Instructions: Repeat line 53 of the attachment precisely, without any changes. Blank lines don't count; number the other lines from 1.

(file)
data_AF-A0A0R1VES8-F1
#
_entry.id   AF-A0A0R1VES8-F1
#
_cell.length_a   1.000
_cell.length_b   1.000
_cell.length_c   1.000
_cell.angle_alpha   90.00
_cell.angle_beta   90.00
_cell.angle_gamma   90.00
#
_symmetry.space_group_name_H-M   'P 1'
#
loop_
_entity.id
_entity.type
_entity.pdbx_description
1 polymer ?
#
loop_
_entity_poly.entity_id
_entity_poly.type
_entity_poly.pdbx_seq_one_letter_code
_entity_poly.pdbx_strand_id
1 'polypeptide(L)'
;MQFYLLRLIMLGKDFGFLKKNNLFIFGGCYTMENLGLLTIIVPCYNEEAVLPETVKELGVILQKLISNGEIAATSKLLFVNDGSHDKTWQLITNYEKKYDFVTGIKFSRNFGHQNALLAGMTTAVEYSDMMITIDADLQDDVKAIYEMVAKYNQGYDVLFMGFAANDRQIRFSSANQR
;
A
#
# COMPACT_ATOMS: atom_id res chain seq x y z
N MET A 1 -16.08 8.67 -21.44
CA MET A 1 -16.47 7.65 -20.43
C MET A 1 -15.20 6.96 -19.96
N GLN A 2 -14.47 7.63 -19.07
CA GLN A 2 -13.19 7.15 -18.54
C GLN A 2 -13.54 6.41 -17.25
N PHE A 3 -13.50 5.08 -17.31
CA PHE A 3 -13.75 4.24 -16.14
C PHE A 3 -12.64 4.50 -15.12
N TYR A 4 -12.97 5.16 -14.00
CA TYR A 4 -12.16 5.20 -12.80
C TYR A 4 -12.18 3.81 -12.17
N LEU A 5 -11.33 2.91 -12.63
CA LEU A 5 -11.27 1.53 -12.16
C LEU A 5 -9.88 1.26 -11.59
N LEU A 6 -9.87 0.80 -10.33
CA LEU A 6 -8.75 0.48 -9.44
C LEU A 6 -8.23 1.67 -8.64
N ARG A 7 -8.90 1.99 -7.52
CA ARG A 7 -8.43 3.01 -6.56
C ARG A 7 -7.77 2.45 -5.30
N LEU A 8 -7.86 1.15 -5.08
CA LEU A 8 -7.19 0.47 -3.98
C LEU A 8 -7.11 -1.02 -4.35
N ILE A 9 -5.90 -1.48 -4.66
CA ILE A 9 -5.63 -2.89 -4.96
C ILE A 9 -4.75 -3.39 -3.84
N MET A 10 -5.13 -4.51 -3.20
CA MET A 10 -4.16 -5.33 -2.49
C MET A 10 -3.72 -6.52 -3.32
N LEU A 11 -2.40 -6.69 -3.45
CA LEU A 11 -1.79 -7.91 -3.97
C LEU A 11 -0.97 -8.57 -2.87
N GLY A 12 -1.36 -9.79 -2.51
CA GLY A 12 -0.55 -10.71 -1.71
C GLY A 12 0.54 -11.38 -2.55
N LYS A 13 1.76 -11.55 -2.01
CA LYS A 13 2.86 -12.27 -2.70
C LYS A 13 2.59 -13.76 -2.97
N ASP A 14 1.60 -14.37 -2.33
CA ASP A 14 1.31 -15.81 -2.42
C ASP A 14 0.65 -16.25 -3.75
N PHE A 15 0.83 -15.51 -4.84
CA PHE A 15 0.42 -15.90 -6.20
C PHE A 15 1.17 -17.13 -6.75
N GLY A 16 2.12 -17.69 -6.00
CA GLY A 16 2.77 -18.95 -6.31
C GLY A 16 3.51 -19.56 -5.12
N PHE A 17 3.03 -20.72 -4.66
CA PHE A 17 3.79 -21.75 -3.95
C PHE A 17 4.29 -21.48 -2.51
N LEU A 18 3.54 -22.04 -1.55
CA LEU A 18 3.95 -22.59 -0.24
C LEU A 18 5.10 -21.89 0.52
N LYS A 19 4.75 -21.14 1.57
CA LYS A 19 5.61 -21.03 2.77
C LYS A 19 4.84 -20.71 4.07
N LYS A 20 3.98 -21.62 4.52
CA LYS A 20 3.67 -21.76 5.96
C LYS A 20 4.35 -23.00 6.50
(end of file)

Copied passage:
CA LEU A 8 -7.19 0.47 -3.98